One of the earliest-discovered and most important facts about the prime numbers is that they go on forever --- however far you go in the sequence of naturals, you keep finding new primes. This was proved by the ancient Greeks.
If we want to use proof techniques for the predicate calculus, we have the immediate problem of stating this theorem in that language. We can state it in English as "There are infinitely many primes'', but as we don't have a symbol for "infinitely many'' we still have some work to do. Fortunately, another way to say the same thing is "Given any natural a, there is a prime bigger than a,'' which translates easily into ∀a:∃ b:(b>a)∧P(b), where P(b) means "b is prime''. We could, if we wanted, break down P(b) further using the definition of prime number. This language for "infinitely often'' occurs fairly frequently in mathematics, as does its negation: we can say "there are only finitely many x such that A(x) is true'' by negating the other statement and using the negation-of-quantifier rules to get "∃a:∀b:(b>a)→¬P(b)''.
Following our general proof rules for quantified statements, we need to let a be an arbitrary natural and prove that there exists a prime number b such that b>a. The obvious thing to do would be to figure out ourselves a particular prime number greater than a, and then prove that it is prime. Curiously, we're not going to do that. Because the sequence of primes is so irregular, finding the next prime after a, for example, turns out to be far more difficult than proving the existence of some prime greater than a. Our proof won't even tell us directly what the prime number greater than a is (though we could find it with a little more work).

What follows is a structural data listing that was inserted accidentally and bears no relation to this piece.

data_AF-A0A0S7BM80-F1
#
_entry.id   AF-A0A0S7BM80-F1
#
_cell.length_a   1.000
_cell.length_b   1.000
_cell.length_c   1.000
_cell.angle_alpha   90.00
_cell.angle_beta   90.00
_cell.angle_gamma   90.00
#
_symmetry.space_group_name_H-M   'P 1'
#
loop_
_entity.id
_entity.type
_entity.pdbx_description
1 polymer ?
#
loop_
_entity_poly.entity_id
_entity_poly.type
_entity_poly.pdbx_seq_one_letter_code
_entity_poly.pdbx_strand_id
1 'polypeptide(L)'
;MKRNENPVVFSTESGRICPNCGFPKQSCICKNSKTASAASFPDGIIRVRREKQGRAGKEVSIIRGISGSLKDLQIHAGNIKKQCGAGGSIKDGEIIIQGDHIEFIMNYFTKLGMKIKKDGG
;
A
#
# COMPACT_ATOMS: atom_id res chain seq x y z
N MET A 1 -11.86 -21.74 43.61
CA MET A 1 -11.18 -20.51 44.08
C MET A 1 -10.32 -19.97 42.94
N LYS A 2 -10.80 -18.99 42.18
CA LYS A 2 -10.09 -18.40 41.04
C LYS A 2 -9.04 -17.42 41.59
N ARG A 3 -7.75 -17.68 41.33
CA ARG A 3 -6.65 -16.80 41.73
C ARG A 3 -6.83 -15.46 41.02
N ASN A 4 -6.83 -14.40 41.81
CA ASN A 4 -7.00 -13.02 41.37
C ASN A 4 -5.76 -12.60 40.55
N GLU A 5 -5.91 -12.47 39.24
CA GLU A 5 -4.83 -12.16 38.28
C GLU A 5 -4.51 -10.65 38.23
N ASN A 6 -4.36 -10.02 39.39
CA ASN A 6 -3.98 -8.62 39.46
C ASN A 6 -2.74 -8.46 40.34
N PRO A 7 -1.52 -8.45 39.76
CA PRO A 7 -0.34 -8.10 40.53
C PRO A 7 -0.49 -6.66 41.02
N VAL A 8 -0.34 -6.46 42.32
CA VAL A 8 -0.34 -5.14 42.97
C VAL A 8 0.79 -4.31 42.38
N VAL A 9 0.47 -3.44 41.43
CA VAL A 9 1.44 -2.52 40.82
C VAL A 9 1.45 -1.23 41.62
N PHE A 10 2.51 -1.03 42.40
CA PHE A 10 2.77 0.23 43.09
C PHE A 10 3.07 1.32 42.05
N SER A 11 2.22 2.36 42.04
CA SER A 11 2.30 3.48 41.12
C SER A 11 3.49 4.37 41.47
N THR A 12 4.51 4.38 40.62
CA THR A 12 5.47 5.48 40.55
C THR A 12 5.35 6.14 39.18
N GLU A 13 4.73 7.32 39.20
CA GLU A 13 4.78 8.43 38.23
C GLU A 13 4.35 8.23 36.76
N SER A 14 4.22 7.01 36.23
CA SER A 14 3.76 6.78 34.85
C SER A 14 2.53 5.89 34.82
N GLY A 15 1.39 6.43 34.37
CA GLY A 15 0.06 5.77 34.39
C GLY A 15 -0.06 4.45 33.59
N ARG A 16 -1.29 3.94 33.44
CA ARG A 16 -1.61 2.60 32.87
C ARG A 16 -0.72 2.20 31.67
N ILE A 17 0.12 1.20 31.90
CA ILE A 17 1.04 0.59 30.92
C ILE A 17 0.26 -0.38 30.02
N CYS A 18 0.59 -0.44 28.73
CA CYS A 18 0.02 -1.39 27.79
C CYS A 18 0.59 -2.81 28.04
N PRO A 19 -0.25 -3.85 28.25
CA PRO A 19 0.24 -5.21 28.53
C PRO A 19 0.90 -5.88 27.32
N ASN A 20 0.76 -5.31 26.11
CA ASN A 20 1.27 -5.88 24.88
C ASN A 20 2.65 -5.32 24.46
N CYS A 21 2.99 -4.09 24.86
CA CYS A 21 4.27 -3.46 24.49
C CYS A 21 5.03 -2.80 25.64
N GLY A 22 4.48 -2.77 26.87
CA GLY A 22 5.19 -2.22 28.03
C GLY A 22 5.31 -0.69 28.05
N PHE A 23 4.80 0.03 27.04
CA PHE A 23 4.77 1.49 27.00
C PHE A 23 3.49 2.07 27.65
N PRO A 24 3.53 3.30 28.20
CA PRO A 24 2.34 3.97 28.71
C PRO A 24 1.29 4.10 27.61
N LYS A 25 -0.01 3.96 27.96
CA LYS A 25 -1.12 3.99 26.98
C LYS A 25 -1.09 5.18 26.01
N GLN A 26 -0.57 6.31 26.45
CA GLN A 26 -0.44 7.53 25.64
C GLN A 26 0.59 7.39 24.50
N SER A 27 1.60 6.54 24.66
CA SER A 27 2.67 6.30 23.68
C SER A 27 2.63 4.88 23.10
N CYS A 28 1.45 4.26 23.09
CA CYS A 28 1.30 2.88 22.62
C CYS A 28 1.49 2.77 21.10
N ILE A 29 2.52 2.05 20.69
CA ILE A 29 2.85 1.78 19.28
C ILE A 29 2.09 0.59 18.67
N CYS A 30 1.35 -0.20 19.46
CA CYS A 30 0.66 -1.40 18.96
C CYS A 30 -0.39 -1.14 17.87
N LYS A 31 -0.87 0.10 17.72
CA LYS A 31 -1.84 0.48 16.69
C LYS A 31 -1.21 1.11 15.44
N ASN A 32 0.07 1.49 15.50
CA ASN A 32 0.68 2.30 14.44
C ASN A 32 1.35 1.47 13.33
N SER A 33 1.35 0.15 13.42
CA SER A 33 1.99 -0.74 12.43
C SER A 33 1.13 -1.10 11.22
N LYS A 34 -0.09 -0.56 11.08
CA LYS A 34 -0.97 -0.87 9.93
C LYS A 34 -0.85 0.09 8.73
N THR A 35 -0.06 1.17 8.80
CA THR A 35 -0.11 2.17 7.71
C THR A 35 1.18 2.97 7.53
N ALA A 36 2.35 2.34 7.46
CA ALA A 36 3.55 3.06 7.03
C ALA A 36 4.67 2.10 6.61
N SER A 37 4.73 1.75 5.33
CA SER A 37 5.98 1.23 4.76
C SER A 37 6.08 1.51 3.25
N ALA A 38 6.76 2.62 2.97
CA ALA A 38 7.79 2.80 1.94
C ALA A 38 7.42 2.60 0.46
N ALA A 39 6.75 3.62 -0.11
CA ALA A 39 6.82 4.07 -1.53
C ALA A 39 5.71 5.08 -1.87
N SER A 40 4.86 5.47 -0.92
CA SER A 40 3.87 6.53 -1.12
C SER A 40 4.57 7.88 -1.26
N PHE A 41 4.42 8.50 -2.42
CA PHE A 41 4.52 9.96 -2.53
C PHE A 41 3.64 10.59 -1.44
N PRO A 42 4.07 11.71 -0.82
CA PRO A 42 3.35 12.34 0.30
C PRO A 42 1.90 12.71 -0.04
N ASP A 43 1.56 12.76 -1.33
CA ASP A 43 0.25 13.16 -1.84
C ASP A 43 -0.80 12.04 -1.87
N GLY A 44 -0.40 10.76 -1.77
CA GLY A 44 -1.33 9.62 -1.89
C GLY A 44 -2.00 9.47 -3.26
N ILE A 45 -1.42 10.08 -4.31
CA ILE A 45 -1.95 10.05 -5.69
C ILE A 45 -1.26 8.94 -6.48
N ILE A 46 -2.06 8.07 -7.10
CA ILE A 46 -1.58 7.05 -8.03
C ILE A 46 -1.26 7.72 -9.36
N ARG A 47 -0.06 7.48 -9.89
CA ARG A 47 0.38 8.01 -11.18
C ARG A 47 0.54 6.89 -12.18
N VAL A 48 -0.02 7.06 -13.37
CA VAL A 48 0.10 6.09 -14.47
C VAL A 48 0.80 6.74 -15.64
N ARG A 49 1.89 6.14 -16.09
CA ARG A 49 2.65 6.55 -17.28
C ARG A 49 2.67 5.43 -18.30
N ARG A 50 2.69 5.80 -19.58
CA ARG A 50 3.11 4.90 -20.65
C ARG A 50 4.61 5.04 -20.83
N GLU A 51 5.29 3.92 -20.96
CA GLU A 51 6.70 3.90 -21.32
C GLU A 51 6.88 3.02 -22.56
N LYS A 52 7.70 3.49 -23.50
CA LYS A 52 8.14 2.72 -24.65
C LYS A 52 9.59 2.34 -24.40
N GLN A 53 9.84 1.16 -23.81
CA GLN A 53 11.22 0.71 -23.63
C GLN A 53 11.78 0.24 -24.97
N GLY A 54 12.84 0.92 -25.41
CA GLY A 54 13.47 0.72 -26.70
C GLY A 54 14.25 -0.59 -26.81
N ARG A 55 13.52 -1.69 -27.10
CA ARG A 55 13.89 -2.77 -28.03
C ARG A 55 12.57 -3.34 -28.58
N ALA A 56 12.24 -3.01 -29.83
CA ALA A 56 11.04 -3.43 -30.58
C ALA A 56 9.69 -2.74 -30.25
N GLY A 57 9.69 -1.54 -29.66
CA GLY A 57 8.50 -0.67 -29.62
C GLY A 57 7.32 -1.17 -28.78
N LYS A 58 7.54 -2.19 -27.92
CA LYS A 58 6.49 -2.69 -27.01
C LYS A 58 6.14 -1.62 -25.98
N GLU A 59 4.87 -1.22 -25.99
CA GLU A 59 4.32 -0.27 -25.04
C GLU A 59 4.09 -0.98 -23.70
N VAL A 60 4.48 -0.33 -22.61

So let a be an arbitrary natural. What we'll do is construct a natural z that isn't divisible by any of the numbers from 2 through a, by choosing z to be the factorial of a, plus one. This number z might or might not be prime itself, but as long as it has a prime divisor, that prime divisor must be greater than a because none of the naturals less than a (except 1) is a divisor of z. So some prime greater than a exists.
n % i == 1
.
(In symbols,
∃n:∀i:(i∈s)→(n%i = 1).)
p % 4
.
(Hint: Let S be an alleged finite list of such primes.)
Last modified 6 October 2004